Answers to your questions.
Who is in charge of the CBD? Upon creation, a separate non-profit entity would be formed to represent the CBD and it’s actions. A board of directors representing the varied perspectives of district members would be formed to ensure that the plan and vision of the CBD are being met. This group is required to have property owners, merchants and neighborhood representatives. A paid part time executive director would answer to the board and handle the actual coordination of any work being done.
How are the assessments collected? The assessments for each property will appear on the property tax bill of each parcel within the district. Funds are collected by the city and distributed to the CBD.
Can the city use this money? No. This money is not a tax and is not being paid to the City. As an assessment it can only be legally be used by the CBD to pay for the services mentioned in the Management Plan.
Can I opt in (or out) later? No. Once the district is formed it can not be changed.
Why is the term so long? It is very expensive to renew a CBD. Several San Francisco CBD’s that had short terms are now having to severally cut there operating budget to allot funds to the renewal process. We would rather see these funds continue to improve the neighborhood.
Can a CBD ever be removed? Yes, there is a process for this. If a majority of participants vote to disband the district, it can be done. If the CBD is ineffective it should not be difficult.
Who pays? – The business owner or the landlord? The assessments are placed on the properties but depending on lease terms and or other arrangements the tenant might be paying. It helps to discuss this issue ahead of time.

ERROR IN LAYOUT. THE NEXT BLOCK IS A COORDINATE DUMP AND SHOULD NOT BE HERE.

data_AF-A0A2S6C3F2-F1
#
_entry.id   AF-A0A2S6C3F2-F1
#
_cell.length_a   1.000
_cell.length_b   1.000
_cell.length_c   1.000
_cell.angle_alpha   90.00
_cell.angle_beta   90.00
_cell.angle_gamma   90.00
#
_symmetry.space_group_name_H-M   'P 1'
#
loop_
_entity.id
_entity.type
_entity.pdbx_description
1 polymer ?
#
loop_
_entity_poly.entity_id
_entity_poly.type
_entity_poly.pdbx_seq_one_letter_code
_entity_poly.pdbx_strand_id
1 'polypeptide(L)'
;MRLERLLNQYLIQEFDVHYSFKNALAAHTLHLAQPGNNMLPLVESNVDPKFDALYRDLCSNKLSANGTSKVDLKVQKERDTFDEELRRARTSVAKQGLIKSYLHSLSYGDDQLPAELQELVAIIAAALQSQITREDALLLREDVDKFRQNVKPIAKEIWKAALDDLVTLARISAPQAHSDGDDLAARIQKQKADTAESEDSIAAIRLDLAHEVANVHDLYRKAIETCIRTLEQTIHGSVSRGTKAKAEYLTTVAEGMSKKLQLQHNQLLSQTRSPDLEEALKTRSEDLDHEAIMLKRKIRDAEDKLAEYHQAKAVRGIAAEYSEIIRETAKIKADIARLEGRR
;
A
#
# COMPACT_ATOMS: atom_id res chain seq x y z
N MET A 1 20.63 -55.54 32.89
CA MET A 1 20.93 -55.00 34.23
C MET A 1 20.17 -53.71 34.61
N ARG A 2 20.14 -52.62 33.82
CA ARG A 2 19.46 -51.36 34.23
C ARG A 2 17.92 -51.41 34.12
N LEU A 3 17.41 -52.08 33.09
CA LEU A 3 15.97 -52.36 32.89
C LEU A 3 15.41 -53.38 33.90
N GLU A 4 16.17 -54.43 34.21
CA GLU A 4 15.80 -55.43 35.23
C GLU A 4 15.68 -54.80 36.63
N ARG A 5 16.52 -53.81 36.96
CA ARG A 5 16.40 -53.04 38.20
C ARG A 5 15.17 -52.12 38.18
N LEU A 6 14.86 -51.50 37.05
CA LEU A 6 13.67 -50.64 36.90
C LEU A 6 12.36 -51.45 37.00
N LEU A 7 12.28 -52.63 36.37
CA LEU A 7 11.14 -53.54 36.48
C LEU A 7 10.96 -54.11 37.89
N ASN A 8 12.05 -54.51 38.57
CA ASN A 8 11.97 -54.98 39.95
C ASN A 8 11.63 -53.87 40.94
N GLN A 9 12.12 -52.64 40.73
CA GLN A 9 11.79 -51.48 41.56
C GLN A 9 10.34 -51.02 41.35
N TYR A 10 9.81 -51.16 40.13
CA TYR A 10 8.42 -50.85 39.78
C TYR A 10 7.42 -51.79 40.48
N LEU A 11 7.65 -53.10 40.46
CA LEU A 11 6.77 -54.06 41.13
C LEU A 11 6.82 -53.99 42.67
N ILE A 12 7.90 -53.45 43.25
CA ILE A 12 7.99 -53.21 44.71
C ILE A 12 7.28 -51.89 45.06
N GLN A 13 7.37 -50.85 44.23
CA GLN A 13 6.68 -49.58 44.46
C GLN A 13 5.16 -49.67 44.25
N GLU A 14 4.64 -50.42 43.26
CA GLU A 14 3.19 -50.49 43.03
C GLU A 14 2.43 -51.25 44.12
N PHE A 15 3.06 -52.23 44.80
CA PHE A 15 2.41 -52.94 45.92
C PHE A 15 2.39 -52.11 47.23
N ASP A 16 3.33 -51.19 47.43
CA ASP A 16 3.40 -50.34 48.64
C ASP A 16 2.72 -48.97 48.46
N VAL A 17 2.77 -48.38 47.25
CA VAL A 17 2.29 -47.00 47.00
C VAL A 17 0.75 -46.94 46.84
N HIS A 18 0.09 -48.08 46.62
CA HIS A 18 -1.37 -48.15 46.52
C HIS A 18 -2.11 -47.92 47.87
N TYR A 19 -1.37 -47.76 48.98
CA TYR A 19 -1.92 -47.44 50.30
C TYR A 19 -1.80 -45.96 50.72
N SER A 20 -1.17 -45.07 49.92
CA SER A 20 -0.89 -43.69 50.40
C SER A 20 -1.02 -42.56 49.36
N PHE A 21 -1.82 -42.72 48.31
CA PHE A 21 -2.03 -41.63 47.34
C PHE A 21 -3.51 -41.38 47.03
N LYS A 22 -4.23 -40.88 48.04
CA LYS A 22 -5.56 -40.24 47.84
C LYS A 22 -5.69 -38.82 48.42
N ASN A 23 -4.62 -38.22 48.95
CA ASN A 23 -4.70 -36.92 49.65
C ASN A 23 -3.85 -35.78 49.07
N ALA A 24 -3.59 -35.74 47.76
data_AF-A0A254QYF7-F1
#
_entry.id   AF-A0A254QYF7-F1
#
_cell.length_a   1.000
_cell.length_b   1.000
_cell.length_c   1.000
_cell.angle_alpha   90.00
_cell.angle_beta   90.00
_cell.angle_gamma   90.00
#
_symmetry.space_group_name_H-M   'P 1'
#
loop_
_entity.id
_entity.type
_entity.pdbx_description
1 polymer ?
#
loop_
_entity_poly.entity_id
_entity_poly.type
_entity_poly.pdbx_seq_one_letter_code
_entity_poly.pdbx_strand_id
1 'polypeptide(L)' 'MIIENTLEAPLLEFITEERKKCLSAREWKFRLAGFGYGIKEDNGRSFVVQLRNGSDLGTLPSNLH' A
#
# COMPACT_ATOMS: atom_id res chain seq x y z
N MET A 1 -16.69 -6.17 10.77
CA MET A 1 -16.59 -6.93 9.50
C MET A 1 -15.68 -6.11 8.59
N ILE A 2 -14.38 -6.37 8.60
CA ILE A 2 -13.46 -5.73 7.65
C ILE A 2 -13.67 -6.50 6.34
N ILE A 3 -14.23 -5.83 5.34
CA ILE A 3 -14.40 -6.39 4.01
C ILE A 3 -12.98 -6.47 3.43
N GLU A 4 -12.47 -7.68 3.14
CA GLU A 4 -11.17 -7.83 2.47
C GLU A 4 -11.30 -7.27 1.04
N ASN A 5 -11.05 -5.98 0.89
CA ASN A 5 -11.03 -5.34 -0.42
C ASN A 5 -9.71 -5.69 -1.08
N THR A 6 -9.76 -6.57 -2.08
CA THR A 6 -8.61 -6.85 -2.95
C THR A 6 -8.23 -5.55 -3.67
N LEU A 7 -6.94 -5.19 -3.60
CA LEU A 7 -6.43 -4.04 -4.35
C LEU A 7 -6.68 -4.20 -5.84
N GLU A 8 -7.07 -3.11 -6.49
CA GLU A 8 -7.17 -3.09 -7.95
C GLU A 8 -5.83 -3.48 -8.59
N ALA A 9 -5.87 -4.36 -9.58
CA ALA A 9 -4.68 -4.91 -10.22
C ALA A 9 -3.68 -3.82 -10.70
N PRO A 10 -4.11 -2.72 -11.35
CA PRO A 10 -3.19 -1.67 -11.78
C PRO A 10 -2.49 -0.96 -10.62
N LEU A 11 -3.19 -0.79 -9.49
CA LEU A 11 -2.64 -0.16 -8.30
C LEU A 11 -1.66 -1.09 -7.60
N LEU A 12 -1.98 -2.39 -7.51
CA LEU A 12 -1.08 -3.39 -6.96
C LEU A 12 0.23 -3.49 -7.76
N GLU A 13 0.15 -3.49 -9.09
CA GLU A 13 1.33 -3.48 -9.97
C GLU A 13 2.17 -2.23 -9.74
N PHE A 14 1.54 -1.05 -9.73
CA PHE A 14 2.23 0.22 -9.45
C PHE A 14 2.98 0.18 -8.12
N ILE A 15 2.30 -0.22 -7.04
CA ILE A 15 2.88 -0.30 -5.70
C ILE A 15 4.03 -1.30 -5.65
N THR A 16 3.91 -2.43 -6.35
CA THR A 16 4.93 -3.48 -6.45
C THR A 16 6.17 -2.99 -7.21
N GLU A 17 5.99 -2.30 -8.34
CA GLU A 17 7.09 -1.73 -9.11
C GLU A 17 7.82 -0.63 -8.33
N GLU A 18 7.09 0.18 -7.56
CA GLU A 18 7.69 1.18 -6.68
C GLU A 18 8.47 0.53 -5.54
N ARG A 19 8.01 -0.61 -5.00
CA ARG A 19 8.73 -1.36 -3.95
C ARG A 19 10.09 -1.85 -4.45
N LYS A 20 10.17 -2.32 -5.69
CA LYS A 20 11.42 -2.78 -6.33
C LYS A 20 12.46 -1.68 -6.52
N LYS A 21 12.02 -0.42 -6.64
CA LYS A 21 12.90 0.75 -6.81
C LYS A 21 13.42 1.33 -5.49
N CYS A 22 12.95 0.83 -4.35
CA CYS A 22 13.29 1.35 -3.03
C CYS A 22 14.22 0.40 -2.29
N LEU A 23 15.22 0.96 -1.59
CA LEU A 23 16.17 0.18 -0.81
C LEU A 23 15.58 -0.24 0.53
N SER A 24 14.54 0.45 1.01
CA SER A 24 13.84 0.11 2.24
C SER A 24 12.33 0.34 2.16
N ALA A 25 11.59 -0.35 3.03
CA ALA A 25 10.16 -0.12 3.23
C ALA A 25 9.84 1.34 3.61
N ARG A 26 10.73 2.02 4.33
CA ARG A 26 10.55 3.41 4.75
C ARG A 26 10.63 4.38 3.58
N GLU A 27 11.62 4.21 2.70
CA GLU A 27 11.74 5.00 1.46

Why is the budget not more clearly defined? Just as in starting a business, it would impossible and foolish to allot exactly where every dollar is going to be spent into the future. It is also very likely the needs of the Avenue will change over time. If a specific plan or service is mentioned in the plan it has to be provided even if it doesn’t make sense anymore. So being too specific would actually limit the ability of the CBD to change. For example: If we initially anticipate the need for daily sweeping and thus put that in the plan and budget in three years, when the level of dirt and grime is less, the need of such frequent service may not be necessary. With the broad budgeting we could be shift the spending towards providing a different service or project that still obtains the result and intent of the proposed in the plan .
Can the assessment amount change?
Yes, it can be reduced if not all services are deemed necessary and increases are capped at 3% per year to allow for inflation.
But, I already clean my building and sidewalks.
While you keep your property looking nice, chances are your neighbors aren’t as concerned. The CBD takes care of your place as well as your neighbors making your property look even better. Problem areas like bus stops are taken care of quickly without the need to call and wait for a city agency to come out.
Is anyone else doing this?
Yes, San Francisco has over a dozen working CBD’s with a few more in the pipeline. Many of these districts have been created and renewed already across the state and the country. CBD’s are now a tested and proven benefit to commercial areas.
It seems like the admin cost is high?
Agreed. This category covers essentials such as insurance, accounting, and legal fees as well as the salary of a part time Executive Director. As a quasi public entity there is a tremendous amount of reporting and audits that most be performed. Having someone in place that is paid to handle not only these responsibilities but also the operations of the district will ensure that it gets done. Volunteer based organizations constantly struggle with getting the help they need to perform just basic tasks. The scale of a CBD really requires a strong commitment that would not exist on the volunteer level.